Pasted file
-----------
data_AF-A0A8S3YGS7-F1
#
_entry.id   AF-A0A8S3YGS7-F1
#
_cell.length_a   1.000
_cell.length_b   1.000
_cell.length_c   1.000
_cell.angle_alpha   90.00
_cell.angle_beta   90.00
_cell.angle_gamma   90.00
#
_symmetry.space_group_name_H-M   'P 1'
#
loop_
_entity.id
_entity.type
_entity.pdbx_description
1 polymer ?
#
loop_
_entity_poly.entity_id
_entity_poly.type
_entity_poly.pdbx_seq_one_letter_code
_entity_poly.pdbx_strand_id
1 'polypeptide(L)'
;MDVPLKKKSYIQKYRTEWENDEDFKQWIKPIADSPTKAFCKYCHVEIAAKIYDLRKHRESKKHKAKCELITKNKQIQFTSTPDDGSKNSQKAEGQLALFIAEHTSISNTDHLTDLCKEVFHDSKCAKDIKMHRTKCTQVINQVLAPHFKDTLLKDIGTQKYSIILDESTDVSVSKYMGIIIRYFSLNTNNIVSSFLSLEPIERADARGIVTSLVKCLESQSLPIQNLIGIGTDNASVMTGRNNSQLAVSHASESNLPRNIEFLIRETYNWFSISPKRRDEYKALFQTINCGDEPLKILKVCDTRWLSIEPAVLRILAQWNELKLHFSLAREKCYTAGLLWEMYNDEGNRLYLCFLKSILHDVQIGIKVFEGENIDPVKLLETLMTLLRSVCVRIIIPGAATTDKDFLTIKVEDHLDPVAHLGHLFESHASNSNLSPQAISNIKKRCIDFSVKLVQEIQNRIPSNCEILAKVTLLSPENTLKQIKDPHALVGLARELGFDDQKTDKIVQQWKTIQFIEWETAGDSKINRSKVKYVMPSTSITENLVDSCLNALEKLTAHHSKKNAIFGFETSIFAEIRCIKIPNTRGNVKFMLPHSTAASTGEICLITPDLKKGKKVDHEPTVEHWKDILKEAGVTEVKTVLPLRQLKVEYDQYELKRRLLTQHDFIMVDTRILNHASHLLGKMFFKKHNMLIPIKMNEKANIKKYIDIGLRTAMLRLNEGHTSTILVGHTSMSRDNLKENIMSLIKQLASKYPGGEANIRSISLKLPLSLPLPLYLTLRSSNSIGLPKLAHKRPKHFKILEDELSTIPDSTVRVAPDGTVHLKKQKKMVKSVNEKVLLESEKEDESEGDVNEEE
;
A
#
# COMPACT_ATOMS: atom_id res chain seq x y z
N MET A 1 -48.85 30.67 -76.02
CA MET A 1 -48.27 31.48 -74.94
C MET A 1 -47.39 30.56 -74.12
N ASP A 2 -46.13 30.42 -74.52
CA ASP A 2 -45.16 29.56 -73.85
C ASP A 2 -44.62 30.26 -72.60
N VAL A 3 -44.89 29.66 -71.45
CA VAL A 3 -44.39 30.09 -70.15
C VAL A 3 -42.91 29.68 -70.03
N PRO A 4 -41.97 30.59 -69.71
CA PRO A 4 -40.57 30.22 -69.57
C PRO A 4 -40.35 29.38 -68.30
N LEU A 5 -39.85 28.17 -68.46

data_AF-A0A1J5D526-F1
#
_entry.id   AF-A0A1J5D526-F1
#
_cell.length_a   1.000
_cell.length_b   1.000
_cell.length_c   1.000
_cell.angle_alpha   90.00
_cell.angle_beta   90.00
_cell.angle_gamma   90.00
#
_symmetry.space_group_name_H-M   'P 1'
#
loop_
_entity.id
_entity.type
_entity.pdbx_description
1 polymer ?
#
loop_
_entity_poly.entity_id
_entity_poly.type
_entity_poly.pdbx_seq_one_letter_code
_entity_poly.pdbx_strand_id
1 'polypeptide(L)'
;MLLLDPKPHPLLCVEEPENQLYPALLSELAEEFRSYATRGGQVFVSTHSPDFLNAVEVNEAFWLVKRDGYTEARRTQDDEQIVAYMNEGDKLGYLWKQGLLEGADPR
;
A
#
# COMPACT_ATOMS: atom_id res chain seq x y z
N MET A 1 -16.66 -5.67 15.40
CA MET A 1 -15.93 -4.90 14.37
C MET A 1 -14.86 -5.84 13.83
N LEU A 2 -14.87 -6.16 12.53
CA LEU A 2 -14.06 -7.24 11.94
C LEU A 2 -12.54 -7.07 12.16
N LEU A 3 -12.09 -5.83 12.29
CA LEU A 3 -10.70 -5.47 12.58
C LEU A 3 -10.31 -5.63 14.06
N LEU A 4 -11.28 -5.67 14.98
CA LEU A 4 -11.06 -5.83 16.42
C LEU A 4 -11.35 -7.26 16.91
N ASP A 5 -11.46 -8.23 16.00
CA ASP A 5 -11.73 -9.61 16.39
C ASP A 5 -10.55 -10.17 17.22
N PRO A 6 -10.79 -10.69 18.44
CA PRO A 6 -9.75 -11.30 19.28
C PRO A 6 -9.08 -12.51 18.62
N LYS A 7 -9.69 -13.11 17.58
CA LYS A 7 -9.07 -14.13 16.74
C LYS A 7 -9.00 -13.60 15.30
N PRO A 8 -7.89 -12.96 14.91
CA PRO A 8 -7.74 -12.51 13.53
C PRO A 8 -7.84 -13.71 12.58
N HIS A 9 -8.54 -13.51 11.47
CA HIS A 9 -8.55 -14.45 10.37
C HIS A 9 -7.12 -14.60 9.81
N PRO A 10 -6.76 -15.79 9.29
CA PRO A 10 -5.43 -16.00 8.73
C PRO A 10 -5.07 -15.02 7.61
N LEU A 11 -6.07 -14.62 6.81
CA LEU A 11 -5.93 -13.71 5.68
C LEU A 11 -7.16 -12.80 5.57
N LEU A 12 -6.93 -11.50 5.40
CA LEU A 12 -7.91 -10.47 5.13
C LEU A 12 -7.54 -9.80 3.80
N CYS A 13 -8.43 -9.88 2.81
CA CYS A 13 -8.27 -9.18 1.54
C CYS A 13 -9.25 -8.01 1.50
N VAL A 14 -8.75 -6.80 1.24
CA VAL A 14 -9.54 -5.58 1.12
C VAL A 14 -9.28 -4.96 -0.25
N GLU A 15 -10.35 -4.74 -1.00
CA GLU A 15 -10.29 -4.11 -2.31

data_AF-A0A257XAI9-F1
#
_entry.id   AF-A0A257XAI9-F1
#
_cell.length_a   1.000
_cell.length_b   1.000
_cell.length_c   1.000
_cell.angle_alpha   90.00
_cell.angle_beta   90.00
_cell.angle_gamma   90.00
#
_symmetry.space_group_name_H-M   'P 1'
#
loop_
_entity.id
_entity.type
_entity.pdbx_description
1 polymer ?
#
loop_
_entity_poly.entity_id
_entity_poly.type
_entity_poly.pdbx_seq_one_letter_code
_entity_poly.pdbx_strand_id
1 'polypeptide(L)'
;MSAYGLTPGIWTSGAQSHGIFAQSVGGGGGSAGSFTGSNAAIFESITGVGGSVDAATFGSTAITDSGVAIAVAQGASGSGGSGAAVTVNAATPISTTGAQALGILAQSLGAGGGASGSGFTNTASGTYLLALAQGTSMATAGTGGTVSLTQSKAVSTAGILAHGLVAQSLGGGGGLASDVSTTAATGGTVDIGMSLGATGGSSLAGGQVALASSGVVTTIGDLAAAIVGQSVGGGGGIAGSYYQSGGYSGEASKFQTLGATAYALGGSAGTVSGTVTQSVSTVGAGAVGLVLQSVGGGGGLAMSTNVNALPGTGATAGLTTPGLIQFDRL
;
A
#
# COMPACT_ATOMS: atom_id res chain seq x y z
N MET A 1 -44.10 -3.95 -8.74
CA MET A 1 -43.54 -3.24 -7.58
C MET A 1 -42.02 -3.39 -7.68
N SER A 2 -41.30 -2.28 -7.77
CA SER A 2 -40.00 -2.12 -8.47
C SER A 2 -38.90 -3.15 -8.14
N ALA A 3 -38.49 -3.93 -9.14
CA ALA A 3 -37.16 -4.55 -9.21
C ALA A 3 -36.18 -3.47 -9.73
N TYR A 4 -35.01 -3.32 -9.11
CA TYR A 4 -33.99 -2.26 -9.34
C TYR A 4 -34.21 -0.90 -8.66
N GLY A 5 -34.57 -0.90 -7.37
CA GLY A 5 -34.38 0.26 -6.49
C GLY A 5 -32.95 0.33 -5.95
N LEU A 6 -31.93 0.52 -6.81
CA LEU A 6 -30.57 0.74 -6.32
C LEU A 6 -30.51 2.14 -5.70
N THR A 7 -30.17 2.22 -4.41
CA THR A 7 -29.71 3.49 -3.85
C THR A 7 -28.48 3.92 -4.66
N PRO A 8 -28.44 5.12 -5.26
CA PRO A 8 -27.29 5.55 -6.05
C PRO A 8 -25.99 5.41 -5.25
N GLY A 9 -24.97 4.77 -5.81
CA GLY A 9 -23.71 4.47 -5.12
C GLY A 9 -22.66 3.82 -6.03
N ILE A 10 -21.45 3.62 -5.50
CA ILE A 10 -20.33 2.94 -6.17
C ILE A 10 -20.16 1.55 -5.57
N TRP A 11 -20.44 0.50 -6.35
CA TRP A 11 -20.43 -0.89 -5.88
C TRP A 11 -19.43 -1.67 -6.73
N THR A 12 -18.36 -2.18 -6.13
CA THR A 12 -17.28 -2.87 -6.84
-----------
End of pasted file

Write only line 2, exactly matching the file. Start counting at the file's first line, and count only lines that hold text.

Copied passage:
#